Opuntia humifusa

prickly-pear cactus


wildlife plant  


Use this link to get more info about this plant from the USF Institute for Systematic Botany

Plant Specifics

Form: flower
Life Span: long-lived perennial
Size: Height: 1-2 (4) ft    Width: 1-3 ft
Flower Color: flower color      yellow
Fruit Color: fruit color      red
Phenology: evergreen
Noted for: Showy flowers, showy fruits, thorns, interesting foliage


Recommended Uses: Can be used as a small specimen plant or as a low-growing hedge that is sure to keep out intruders.
Considerations: Thorns! This plant has thorns and prickles that will attack the unwary. They make weeding difficult, and the plant needs to be where no one will accidentally step on it.
Propagation: Fragments of an existing plant.
Availability: Friends
Light: light requirement  
Moisture Tolerance:
Salt Tolerance: Moderately salt tolerant
Soil or other substrate: Sand


wildlife plant  
Attracts a variety of insects, especially native bees. Nectar plant for dotted skipper (Hesperia attalus) butterflies.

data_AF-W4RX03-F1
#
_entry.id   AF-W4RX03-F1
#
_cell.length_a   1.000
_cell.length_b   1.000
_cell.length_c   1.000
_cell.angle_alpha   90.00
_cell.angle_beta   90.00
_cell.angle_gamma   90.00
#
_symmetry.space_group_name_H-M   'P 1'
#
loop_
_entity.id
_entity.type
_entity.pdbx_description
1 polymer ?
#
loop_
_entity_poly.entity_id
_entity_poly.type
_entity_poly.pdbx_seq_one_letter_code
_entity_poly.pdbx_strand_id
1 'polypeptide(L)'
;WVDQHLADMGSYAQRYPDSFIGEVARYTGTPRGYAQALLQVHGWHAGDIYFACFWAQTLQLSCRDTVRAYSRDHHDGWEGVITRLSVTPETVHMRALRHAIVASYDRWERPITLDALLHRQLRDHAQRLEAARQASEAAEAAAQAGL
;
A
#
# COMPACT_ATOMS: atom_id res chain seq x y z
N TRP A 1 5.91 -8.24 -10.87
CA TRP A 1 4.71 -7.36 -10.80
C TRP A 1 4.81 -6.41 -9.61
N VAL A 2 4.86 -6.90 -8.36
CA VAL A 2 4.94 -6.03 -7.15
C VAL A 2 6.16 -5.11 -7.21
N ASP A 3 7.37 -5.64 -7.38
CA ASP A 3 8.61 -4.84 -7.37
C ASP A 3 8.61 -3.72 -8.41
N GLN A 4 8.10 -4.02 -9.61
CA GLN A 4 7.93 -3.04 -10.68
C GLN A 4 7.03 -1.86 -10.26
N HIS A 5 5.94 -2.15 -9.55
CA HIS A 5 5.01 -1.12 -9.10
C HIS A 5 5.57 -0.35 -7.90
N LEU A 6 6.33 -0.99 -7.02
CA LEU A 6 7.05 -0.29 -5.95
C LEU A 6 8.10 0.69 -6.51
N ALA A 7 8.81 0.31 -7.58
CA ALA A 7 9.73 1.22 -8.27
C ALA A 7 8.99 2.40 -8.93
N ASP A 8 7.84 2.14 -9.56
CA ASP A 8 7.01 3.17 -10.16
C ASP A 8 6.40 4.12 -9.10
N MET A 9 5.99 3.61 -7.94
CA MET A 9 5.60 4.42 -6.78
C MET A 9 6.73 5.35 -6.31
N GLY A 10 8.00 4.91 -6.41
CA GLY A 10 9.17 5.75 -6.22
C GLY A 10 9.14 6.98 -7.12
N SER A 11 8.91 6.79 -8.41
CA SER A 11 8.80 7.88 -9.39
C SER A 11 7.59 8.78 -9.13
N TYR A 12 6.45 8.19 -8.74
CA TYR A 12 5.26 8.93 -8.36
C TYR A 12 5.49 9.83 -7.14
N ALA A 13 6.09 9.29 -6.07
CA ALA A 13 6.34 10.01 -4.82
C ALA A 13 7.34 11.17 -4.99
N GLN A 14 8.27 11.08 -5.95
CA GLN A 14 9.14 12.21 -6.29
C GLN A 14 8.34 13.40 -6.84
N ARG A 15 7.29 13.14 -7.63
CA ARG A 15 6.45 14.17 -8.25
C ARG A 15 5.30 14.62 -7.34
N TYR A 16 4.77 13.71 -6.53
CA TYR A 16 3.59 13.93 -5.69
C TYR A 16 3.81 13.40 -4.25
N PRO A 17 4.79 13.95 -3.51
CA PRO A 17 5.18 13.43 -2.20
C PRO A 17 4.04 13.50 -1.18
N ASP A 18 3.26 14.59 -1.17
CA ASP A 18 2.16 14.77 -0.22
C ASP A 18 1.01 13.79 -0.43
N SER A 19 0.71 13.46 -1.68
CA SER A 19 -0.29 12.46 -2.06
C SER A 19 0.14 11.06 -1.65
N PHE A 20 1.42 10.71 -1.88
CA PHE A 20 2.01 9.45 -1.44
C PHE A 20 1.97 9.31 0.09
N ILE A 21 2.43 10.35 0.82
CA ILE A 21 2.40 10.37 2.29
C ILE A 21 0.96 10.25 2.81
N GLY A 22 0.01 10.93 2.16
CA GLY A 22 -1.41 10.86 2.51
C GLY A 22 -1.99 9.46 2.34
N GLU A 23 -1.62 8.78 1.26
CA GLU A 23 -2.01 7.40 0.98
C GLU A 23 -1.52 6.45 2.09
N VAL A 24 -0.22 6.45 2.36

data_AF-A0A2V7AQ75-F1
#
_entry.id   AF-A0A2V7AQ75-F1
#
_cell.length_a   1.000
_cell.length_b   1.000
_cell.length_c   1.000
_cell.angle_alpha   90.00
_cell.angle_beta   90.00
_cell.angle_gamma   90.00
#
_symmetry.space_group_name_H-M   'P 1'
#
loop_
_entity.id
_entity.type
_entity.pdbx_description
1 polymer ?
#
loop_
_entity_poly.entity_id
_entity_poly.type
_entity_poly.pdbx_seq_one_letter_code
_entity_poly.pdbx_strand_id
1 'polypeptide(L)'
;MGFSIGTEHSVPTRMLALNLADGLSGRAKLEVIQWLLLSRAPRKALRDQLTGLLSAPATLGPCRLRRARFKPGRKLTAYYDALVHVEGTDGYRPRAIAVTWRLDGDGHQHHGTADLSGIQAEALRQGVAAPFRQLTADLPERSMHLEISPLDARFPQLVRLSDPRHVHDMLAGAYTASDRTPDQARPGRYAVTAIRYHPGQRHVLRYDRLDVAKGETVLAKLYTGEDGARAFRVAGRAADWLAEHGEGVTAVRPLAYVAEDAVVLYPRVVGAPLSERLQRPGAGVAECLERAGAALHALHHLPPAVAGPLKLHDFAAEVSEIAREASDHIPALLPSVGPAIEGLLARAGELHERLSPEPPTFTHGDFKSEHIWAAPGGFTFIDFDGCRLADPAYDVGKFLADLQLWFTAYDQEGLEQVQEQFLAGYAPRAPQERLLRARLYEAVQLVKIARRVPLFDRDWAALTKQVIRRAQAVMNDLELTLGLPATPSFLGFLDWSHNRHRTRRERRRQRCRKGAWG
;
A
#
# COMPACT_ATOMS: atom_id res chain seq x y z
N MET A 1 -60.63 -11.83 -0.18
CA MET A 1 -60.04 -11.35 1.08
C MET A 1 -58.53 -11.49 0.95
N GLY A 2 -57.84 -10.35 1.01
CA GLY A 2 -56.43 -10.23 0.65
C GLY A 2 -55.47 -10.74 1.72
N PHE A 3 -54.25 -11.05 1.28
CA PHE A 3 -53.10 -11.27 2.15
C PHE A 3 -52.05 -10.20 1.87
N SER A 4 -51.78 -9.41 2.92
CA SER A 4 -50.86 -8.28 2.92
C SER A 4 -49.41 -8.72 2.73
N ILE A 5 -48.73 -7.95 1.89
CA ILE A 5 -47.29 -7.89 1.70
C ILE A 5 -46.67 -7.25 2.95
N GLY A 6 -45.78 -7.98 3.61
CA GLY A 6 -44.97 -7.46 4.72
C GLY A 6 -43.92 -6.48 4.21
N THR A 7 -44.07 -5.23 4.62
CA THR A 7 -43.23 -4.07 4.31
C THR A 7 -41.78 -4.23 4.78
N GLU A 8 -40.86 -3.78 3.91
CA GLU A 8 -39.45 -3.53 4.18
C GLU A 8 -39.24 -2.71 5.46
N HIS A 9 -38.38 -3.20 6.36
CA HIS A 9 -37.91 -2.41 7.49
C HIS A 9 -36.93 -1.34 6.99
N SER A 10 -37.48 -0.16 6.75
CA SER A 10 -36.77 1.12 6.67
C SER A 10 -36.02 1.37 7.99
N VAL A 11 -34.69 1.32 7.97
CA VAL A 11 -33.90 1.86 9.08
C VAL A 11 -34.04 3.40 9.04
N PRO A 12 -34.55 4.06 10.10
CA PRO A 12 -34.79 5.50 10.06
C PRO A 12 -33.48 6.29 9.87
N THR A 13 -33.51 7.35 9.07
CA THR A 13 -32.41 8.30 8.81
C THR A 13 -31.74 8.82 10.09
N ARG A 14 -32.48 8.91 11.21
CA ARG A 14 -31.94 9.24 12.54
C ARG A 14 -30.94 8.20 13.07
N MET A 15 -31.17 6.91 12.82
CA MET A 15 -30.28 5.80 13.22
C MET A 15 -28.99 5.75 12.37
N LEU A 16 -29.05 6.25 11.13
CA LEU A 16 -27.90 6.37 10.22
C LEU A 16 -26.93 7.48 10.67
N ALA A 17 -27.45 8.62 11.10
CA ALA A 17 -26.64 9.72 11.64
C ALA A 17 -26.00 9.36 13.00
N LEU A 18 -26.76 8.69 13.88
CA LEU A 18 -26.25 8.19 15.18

Native Habitats: Scrub, scrubby flatwoods, sandhill, xeric disturbed areas.

Distribution and Planting Zones

Natural Range in Florida

USDA Zones:

USDA zones are based on minimum winter temperatures

Suitable to grow in:


Hispanic people use a fruits (called tunas) to make jams and syrups. They also slice the pads (nopales) into thin strips, grill them, and serve with a lime juice.

Other Comments:

Rarely grown but worthy of consideration in hot dry locations where the thorns are not an issue or are an asset.

One of several cactus species that is attacked by the cactus moth, Cactoblastis cactorum, which arrived in Florida in 1989, and this invasive species has become a serious threat to the diversity and abundance of Opuntia cacti in North America. If it become a problem on an Opuntia used in landscaping, it is best treated by manual removal as insecticides can also kill native butterflies and pollinators.